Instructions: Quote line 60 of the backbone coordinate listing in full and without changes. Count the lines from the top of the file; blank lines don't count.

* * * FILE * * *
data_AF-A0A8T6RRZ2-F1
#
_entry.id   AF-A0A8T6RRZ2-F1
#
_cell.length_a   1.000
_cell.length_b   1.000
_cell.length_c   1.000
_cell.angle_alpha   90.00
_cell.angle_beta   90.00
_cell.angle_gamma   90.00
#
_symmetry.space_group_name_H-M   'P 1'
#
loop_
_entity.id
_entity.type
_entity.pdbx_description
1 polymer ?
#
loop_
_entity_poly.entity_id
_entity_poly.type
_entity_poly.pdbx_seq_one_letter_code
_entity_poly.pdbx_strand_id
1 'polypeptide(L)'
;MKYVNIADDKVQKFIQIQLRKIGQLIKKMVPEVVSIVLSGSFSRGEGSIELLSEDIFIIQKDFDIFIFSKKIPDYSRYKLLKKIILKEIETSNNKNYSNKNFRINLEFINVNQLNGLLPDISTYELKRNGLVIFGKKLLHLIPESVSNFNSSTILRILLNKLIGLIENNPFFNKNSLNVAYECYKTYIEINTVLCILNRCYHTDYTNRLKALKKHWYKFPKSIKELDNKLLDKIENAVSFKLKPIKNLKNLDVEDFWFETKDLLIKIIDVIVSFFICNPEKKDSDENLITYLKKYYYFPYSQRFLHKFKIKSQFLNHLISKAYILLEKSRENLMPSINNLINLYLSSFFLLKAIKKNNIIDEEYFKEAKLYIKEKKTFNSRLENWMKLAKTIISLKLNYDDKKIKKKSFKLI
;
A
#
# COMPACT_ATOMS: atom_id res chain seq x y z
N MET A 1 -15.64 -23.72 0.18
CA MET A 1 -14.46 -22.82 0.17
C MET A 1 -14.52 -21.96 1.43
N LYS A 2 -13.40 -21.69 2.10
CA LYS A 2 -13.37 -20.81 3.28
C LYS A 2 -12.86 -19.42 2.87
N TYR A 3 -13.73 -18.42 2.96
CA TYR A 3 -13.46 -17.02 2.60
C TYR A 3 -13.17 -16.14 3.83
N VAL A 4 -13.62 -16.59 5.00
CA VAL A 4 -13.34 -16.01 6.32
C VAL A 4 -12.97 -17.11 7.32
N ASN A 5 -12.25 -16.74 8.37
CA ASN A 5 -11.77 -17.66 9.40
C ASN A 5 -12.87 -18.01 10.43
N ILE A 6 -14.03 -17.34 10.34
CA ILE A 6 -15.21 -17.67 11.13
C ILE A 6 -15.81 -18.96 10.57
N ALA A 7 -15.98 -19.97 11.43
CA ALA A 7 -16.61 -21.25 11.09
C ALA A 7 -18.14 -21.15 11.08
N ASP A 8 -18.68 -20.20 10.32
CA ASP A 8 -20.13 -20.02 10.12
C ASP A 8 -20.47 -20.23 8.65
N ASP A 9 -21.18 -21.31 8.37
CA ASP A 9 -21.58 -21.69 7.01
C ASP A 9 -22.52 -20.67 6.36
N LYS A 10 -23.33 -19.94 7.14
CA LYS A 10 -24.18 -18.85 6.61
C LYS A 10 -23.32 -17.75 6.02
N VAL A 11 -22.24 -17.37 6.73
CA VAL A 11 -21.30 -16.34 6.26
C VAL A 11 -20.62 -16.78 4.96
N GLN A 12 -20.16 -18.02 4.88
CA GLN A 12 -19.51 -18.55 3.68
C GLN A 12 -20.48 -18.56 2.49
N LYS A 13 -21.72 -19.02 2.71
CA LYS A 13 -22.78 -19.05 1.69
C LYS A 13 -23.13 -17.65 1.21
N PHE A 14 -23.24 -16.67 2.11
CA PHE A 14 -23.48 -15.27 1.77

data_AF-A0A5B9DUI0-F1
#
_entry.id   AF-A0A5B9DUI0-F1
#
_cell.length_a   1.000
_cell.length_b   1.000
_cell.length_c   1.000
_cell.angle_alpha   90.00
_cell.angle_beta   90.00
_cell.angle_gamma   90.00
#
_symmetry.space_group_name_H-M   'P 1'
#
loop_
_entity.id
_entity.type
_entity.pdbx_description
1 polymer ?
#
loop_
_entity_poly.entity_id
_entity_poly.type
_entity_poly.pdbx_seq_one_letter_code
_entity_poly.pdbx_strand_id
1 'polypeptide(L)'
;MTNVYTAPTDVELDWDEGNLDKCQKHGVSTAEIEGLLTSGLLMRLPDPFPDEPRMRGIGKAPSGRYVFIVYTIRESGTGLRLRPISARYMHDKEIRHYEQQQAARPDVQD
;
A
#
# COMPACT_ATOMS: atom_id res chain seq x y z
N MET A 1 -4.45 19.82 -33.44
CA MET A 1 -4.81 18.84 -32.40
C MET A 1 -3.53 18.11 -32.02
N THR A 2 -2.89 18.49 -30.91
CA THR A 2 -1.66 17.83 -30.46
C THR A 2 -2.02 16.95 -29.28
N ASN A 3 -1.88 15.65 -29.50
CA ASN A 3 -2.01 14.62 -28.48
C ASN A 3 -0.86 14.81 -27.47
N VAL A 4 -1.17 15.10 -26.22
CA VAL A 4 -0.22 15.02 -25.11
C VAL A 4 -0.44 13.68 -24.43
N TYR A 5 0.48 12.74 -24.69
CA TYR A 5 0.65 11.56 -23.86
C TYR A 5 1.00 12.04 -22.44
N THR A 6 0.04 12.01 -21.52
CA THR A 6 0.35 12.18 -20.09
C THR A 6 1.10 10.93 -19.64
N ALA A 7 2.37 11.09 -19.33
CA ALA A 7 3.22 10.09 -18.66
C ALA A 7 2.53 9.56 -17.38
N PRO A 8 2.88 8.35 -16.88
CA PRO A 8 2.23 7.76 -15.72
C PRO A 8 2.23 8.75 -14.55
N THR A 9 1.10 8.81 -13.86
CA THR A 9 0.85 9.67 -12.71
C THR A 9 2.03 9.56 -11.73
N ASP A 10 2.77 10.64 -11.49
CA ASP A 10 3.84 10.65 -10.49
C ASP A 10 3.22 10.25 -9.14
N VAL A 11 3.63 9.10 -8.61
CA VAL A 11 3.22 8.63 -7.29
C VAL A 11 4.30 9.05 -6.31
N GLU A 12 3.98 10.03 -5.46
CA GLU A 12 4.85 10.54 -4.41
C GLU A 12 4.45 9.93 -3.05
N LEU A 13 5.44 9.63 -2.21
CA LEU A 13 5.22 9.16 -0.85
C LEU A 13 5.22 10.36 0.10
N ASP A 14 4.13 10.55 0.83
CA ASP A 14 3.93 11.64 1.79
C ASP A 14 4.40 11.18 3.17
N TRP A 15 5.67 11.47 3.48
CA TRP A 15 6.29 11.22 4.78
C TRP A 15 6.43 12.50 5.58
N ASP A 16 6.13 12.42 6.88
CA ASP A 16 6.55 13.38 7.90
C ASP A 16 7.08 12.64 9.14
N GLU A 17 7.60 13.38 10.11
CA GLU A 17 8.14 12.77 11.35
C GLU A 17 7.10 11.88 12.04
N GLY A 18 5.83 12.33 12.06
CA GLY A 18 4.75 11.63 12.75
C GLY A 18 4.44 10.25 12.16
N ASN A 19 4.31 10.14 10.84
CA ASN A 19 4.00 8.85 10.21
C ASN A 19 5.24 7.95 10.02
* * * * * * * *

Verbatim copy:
C LYS A 10 -23.32 -17.75 6.02